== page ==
Senate Democrats working on their own earmark reform proposal said Sunday that House and Senate Republicans may have already killed Congress’ ability to secure money for pet projects for at least the next two years.
Though a small group of Democrats has been meeting intermittently for weeks on how to make the earmark process more fair and transparent, members of the group admit they may not have anything to talk about in February, when they are scheduled to present a proposal at a retreat of the entire Democratic caucus.
“If the House isn’t going to do earmarks and the Republicans here aren’t going to do earmarks, it would literally mean that there are no earmarks,” Sen. Dianne Feinstein (D-Calif.) said when asked about the Democratic group. “So there doesn’t have to be too much to do.”
The incoming House GOP majority has vowed to keep appropriations and tax bills free of earmarks, which are provisions that primarily benefit one entity, business or district and are requested by individual Members so as to get around bureaucratic rules that could delay or deny the funding.
Just last week, Senate Republicans thwarted Democrats’ push for an omnibus spending bill that included more than $8 billion in earmarks. The Senate GOP caucus voted in November to adopt a nonbinding moratorium on earmark requests, but some GOP appropriators were prepared to vote for the omnibus before fiscal conservatives began to get wind of the deal.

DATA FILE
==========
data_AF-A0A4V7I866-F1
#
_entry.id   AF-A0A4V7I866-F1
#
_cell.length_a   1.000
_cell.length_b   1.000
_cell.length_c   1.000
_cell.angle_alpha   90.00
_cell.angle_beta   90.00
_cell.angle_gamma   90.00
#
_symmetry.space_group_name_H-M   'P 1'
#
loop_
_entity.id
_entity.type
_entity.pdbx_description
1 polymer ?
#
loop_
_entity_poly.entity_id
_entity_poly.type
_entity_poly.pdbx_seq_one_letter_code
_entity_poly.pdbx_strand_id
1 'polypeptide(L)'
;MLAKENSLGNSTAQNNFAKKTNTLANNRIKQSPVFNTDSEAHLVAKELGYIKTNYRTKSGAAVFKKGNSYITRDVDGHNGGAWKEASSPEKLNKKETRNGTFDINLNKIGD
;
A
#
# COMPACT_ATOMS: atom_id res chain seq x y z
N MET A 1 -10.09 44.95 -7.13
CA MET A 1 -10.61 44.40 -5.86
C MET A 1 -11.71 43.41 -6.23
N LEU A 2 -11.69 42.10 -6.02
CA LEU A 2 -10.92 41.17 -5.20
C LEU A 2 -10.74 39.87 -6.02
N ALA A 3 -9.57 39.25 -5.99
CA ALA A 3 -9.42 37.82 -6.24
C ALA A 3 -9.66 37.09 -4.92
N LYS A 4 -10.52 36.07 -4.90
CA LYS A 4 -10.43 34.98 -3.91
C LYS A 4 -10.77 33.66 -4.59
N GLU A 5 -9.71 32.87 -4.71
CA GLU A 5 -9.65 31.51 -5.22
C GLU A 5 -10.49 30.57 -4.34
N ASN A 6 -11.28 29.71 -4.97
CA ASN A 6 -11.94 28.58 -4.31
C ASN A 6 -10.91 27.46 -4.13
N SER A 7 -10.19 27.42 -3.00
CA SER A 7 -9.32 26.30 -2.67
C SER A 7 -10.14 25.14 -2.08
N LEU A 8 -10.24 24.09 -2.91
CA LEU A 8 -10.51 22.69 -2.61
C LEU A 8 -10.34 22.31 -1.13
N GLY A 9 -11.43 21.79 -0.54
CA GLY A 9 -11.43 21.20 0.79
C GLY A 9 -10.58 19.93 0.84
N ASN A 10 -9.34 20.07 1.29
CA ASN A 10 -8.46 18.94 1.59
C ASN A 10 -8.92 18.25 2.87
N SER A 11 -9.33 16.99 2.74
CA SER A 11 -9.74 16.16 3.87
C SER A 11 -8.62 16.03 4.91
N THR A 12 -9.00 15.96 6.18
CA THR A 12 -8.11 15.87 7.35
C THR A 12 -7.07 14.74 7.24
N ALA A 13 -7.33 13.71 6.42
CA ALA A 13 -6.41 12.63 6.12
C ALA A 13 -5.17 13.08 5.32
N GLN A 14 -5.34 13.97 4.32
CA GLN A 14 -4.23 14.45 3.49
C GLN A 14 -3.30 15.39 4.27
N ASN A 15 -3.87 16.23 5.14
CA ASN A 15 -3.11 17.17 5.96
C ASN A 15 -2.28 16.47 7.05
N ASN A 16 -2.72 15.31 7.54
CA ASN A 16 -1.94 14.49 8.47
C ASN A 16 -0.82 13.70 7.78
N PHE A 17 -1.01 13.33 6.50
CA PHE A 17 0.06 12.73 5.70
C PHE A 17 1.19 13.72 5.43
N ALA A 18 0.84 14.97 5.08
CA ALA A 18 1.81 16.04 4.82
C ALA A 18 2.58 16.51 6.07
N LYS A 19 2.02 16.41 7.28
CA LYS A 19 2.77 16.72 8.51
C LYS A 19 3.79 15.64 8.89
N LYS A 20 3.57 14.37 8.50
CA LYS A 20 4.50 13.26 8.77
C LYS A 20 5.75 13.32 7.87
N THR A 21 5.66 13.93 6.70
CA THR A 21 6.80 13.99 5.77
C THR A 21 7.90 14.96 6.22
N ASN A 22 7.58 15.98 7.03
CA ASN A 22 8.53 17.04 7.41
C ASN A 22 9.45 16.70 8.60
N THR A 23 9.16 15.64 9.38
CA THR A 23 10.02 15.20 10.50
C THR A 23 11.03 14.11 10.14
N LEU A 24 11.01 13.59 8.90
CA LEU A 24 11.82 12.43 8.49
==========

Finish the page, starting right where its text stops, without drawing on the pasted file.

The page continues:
Senate Majority Leader Harry Reid (D-Nev.) pulled the omnibus for lack of votes and is negotiating with Minority Leader Mitch McConnell (R-Ky.) on a continuing resolution to keep the government funded for at least an additional three months. But even that measure appeared to be held up Sunday evening over Democratic requests for special provisions that Republicans said constitute earmarks.
Next year, Senate Republicans will have five more votes with which to block earmarks, and they have promised to do so.
Still, three Senate Democratic appropriators — Appropriations Chairman Daniel Inouye (Hawaii), Sen. Barbara Mikulski (Md.) and Feinstein — have been working with Democratic earmark opponents Claire McCaskill (Mo.) and Mark Udall (Colo.) on a proposal to change the process by which earmarks are allocated, while preserving the right to earmark.
McCaskill agreed with Feinstein that there might not be much to say come February, but she said that outcome would be a good one from her perspective.
“I don’t know how this is all going to turn out. They’re asking me what things about the earmarking process that I think are most flawed, and I’ve talked about how arbitrary it is and how unfair it is in terms of how they’re distributed,” she said. “But ultimately no matter what the committee presents, I will be in favor of an outright ban on all of them.”
Despite Feinstein’s downbeat assessment of their efforts, she said she would prefer to at least retain the right to earmark funds for “public jurisdictions,” as long as the local governments are in agreement on the “vital necessity” of the project.
“Because you can have a president that ... didn’t win in the state, doesn’t care about a state, puts the money where he wants, and you have no way of countering that,” Feinstein said.
Sen. Dianne Feinstein, D-Calif., chairman of the Senate Intelligence Committee, speaks with reporters in the Capitol after a speech on the Senate floor that accused the CIA of searching computers set up for Congressional staff for their research of interrogation programs.